The second recommendation is for the state to streamline the permitting system for emissions producers, which has been plagued by lengthy backlogs in permitting processes and can put up obstacles to innovative ways to produce lower-carbon energy. The task force asked the state to implement multiple changes, including requiring agency accountability to ensure timely and efficient permitting, encouraging permit writers to conduct site visits and supporting innovation in sustainability by providing less regimented permitting for decarbonization pilot projects.

“The existing permitting system for infrastructure and new technologies serves as a barrier to meeting the state’s emissions-reduction targets,” the report says. “Reforming the permitting system and investing in greater infrastructure planning will help facilitate Colorado becoming a leader in innovative technologies that can improve the environment. Taking such action also will help to attract the investments needed to develop new technologies in energy production and carbon removal.”

Carbon capture as an environmental tool

A key example of how that could work comes in the third recommendation from the task force. Colorado must provide both a clear regulatory structure and incentives for new carbon-cutting technologies that include direct air capture, manufacturing of hydrogen energy and carbon capture and storage, it states.

Carbon capture is a technology that extracts emissions — either from smokestacks at emissions-producing facilities or by pulling it directly from the air. Companies then can inject the carbon underground into depleted oil and gas reservoirs, deep aquifers or coal mines, both storing it safely outside the atmosphere and helping energy companies through the process to extract less carbon-intensive oil and gas.

Several environmental groups have criticized the process, saying that the state should not support any practice that continues to take natural resources from the ground. While the Legislature allowed the state to seek primacy on Class VI injection wells — a designation that would let it take over regulatory authority from the federal government and streamline efforts to increase carbon capture and storage — it failed to establish a regulatory framework it would need to permit the practice, and it set up several roadblocks to the procedure.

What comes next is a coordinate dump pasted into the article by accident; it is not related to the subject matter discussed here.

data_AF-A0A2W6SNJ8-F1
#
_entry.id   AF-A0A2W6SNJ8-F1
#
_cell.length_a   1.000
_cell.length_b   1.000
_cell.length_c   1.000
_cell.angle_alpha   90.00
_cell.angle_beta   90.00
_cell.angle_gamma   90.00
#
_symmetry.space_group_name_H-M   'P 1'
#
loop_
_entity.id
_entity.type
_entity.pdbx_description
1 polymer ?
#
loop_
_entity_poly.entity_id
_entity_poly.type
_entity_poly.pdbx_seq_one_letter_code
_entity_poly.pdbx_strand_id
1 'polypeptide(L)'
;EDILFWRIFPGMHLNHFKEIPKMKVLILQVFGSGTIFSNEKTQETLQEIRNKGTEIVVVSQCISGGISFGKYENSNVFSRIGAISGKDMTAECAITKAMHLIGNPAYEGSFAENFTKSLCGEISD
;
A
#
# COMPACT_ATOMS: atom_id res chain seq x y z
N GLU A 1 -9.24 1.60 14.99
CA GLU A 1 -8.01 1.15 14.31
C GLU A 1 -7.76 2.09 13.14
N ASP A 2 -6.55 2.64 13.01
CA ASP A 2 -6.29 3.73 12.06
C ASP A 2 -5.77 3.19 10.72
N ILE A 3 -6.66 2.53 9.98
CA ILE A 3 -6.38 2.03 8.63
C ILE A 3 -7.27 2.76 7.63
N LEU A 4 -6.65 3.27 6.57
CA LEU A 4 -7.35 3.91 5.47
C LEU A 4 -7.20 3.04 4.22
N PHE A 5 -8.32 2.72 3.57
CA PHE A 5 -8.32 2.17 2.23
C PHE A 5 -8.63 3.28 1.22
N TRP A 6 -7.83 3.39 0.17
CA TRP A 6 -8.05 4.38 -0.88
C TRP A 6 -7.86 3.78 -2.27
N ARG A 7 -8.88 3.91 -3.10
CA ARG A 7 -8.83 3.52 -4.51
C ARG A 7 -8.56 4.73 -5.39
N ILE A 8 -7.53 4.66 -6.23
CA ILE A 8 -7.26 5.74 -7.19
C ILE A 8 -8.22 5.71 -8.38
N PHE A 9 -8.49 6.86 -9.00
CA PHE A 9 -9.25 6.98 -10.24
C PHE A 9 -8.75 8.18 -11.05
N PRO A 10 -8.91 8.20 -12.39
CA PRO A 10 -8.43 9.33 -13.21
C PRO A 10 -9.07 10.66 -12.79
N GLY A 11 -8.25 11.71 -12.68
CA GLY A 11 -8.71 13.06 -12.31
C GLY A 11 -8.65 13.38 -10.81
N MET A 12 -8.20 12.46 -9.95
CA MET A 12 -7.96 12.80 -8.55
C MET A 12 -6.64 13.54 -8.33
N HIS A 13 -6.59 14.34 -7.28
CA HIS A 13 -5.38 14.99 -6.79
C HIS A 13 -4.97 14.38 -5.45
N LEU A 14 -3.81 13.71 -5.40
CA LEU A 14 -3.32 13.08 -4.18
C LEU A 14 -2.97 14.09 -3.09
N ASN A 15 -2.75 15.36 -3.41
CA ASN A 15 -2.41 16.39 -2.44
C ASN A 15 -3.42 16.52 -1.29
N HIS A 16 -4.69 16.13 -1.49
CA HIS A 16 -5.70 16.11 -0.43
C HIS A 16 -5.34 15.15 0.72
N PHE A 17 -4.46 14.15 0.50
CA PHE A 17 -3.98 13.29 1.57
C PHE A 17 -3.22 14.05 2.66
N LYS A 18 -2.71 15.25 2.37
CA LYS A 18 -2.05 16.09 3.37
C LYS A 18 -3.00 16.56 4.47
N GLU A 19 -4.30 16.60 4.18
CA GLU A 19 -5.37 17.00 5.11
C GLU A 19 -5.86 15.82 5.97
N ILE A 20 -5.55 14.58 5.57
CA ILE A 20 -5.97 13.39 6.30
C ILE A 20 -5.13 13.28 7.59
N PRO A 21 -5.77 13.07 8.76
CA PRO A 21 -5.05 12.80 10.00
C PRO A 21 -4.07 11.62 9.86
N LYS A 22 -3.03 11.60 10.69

Other environmental strategies

Ben Teschner, solid minerals manager for the Colorado State Land Board, discusses a potential carbon sequestration project on state property with the Environmental Sustainability & Climate Action Task Force.

Task-force members said they want to work with state officials this year to pass enabling legislation that will advance this and other new technologies safely and efficiently. Ben Teschner — solid minerals manager for the Colorado State Land Board, which has leased land in Washington County to Carbon America to drill an exploratory well to determine if the earth below it can store liquefied carbon — noted that other states like Wyoming and North Dakota have achieved primacy and advanced in the regulatory process.

Other recommendations from the task force include:

  • State agencies must account in emissions rulemaking for the concept of leakage — the idea that if Colorado makes it too hard for energy companies to operate here, they will do so in other states and produce emissions that still will impact this state;
  • State officials must offer more incentives to commercial building owners to make the emissions-reducing upgrades being demanded by CDPHE;
  • Colorado leaders should explore partnerships with nearby states in creating a regional carbon market that can facilitate reduction of emissions in hard-to-decarbonize sectors; and,
  • Officials who are in the process of improving workforce-development strategies should focus efforts on creating pipelines of workers for renewable-energy and energy-transition sectors.

Task-force members included representatives from oil-and-gas firms, utilities, manufacturers, agricultural groups, mining companies, waste-management firms and more.